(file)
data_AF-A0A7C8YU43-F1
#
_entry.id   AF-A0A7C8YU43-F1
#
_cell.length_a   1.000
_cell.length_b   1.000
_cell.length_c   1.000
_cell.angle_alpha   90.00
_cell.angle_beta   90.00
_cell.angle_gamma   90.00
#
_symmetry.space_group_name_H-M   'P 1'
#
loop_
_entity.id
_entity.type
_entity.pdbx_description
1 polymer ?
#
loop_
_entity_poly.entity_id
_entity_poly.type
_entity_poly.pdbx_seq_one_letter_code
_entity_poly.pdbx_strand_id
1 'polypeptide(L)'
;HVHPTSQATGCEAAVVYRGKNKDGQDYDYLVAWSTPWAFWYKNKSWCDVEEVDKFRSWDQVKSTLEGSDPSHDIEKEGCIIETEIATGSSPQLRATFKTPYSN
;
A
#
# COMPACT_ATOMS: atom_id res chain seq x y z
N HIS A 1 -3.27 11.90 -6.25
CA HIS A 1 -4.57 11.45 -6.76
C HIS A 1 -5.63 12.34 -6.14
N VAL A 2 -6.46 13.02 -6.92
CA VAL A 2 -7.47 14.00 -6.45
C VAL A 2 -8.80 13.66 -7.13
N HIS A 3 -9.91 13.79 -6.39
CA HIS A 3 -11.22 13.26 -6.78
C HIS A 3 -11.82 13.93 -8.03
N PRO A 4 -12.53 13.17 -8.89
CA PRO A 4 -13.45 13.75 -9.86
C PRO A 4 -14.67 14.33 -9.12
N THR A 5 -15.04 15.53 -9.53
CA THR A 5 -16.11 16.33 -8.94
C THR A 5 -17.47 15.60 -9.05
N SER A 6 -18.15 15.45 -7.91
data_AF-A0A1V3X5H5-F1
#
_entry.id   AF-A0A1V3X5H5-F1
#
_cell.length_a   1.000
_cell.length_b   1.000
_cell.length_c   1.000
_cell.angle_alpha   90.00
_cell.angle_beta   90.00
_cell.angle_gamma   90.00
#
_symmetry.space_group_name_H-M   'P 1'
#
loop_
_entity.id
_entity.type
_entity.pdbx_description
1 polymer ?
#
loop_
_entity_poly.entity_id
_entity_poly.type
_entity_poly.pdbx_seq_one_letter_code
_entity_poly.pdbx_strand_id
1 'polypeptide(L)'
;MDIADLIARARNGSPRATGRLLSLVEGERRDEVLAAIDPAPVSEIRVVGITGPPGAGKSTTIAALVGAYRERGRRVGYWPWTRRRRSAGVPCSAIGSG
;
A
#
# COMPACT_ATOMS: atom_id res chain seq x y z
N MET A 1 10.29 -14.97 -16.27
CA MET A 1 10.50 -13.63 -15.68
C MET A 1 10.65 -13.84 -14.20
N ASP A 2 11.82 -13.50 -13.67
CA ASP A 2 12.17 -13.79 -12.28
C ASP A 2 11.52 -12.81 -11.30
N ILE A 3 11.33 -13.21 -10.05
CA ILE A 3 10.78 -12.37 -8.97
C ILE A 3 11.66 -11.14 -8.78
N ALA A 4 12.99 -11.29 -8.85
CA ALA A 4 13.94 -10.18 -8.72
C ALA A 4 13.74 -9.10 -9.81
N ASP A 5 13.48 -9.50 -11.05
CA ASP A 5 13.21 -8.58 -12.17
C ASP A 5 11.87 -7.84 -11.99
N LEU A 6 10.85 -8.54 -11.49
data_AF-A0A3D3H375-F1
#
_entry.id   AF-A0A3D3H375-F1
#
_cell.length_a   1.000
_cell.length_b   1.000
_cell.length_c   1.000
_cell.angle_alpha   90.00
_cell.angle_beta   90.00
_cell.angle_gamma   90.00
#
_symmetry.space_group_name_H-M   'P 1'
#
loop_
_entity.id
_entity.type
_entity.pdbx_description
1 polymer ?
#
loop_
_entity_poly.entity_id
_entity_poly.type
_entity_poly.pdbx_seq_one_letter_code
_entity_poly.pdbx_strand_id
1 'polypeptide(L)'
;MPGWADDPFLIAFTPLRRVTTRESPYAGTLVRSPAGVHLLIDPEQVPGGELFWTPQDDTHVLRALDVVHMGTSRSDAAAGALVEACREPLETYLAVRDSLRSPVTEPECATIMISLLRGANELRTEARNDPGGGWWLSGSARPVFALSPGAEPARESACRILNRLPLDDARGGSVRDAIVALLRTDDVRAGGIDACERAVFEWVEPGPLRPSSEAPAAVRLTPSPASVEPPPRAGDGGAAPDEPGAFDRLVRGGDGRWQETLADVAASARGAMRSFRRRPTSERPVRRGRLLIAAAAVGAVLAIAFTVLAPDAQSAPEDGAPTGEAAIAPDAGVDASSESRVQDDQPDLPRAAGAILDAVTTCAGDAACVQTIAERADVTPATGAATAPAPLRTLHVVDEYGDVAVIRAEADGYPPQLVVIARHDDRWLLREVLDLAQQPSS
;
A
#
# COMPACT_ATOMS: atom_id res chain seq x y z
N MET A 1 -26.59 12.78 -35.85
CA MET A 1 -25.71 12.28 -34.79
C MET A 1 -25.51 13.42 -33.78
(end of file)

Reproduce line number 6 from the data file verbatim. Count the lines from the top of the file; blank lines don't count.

_cell.length_b   1.000